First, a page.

Grass Seed Break Crop Delivers Multiple Benefits

Grass seed is a valuable break crop and demand is growing. We caught up with Growers Club member Tom Reynolds and Andrew Bourne of seed merchant T Denne and Sons to find out more.


After eight years’ experience of growing grass seeds, Kent farmer Tom Reynolds is in no doubt of the crop’s value to his rotation.


The whole ethos of the farm business is to enhance the soil and reduce inputs, to help meet a long-term goal of organic certification.

We want to improve soil structure and fertility and grass is a great way of doing both,” says Tom, who manages 250ha of mixed crops from Pent Farm, near Postling.


“Another key reason for growing grass seeds is to reduce our reliance on agrochemicals across the whole rotation.”

Blackgrass control is a key focus. The two-year grass seeds break, which includes grazing and silage cuts, helps achieve this with minimal chemical inputs. Tom has also been able to reduce the amount of herbicide in following crops and he is using at most one application of fungicide a year in his grass seeds.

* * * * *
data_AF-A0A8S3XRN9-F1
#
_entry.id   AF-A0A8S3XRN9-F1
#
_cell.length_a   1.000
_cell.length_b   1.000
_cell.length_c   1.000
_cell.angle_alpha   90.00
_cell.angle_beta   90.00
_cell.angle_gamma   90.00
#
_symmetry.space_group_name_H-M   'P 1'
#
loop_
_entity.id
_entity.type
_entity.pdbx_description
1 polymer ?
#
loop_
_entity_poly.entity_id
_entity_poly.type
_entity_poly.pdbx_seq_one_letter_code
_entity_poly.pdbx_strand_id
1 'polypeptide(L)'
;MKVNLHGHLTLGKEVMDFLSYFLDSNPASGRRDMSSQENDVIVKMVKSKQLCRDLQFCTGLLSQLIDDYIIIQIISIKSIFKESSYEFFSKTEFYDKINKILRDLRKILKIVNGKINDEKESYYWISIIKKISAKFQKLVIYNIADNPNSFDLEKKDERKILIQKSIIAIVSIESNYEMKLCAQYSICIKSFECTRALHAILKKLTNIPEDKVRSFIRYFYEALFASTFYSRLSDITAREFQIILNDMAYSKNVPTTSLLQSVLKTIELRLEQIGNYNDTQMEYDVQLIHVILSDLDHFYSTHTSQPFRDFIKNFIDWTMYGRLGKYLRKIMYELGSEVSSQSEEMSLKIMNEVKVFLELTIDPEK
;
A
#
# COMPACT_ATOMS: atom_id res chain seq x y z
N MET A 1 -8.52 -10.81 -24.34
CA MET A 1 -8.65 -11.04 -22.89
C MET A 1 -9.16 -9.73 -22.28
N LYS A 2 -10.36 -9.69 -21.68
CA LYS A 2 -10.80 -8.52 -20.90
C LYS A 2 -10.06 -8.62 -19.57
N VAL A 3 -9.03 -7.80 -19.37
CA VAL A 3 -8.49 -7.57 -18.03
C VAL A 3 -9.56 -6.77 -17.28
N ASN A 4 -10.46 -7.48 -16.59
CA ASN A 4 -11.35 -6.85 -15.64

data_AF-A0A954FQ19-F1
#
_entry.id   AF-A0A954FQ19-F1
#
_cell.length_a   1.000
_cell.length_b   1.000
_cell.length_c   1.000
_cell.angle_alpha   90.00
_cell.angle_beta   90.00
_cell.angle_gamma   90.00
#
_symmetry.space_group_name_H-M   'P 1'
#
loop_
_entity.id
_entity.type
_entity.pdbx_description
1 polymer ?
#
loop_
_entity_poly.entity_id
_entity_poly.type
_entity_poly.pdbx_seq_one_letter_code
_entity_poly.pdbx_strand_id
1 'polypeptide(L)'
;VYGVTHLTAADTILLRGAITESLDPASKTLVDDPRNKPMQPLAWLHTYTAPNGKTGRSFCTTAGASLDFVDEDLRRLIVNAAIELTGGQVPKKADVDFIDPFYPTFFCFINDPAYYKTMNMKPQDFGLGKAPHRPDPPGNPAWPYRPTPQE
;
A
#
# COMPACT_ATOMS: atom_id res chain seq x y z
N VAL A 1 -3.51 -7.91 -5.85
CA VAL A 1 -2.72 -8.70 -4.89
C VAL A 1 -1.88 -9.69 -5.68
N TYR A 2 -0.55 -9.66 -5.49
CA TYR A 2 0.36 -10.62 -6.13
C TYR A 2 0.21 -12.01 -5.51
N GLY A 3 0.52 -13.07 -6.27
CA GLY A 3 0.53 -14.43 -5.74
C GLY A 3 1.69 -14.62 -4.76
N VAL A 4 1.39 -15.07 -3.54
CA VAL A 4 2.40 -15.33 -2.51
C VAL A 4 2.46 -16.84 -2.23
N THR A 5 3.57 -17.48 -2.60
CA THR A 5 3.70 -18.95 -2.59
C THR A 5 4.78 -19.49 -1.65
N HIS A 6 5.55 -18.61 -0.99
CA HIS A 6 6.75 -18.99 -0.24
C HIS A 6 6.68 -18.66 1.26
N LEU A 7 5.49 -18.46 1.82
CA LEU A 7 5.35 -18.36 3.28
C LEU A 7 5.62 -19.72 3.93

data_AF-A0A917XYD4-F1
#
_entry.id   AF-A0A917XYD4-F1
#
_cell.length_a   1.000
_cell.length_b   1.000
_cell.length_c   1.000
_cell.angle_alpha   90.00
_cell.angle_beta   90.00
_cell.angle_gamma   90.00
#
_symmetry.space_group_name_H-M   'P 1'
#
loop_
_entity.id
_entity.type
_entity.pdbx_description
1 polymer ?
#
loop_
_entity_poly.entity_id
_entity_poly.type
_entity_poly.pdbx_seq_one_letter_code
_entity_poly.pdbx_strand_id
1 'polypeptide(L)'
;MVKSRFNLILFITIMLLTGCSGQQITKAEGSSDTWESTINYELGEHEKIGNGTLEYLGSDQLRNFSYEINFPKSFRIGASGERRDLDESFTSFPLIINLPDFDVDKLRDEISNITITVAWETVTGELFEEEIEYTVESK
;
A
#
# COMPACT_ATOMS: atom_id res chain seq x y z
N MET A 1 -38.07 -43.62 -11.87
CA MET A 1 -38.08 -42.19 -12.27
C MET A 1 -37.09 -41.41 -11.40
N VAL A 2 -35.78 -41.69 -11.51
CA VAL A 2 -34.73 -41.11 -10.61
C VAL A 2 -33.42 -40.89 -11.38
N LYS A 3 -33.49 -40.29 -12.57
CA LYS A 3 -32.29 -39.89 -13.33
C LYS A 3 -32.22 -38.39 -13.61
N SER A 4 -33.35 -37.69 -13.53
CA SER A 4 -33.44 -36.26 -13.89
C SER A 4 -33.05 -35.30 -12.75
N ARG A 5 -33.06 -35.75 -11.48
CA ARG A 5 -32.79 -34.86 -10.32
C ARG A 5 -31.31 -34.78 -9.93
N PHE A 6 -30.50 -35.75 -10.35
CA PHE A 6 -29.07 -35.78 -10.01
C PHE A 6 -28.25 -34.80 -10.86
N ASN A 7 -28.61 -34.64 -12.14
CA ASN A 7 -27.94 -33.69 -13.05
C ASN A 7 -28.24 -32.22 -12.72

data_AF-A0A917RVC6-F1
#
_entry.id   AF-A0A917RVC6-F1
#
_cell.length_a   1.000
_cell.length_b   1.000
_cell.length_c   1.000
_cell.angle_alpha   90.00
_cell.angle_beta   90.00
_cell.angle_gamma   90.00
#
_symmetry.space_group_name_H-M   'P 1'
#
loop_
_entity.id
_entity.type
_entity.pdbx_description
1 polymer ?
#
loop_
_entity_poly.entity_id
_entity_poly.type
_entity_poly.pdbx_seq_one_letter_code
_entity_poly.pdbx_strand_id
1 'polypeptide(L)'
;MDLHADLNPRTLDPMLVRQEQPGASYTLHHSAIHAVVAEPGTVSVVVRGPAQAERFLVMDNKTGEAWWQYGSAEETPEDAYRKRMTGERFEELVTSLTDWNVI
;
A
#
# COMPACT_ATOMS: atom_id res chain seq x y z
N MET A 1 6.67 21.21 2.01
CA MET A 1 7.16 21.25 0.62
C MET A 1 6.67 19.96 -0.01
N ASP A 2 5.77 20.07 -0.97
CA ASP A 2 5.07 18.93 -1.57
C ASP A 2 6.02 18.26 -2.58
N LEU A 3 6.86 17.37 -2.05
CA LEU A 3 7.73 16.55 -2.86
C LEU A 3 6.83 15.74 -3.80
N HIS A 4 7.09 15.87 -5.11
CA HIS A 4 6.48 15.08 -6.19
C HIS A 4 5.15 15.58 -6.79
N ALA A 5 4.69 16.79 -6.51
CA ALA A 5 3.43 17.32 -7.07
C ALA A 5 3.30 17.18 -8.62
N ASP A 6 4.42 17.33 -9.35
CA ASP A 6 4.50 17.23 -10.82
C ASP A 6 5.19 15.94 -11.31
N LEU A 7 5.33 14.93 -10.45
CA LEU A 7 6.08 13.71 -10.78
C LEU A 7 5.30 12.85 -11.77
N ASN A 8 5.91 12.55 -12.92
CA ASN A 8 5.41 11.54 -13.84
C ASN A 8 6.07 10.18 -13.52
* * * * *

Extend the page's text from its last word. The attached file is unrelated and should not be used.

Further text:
All seed is grown in two-year leys, so he has halved cultivations on that area, slashing field and machinery costs while easing drilling pressure in the autumn and reducing the potential for soil damage.


Tom concentrates on forage species, growing 38ha of hybrid ryegrass and 30ha of Italian ryegrass, and looks after the agronomy on a further 20ha. A 30ha block of amenity red fescue grass is going into its last year, and will be replaced with ryegrass.


RGT Cordial, a candidate hybrid tetraploid variety, helps with the farm’s zero-tolerance approach to blackgrass thanks to its aggressive growth hab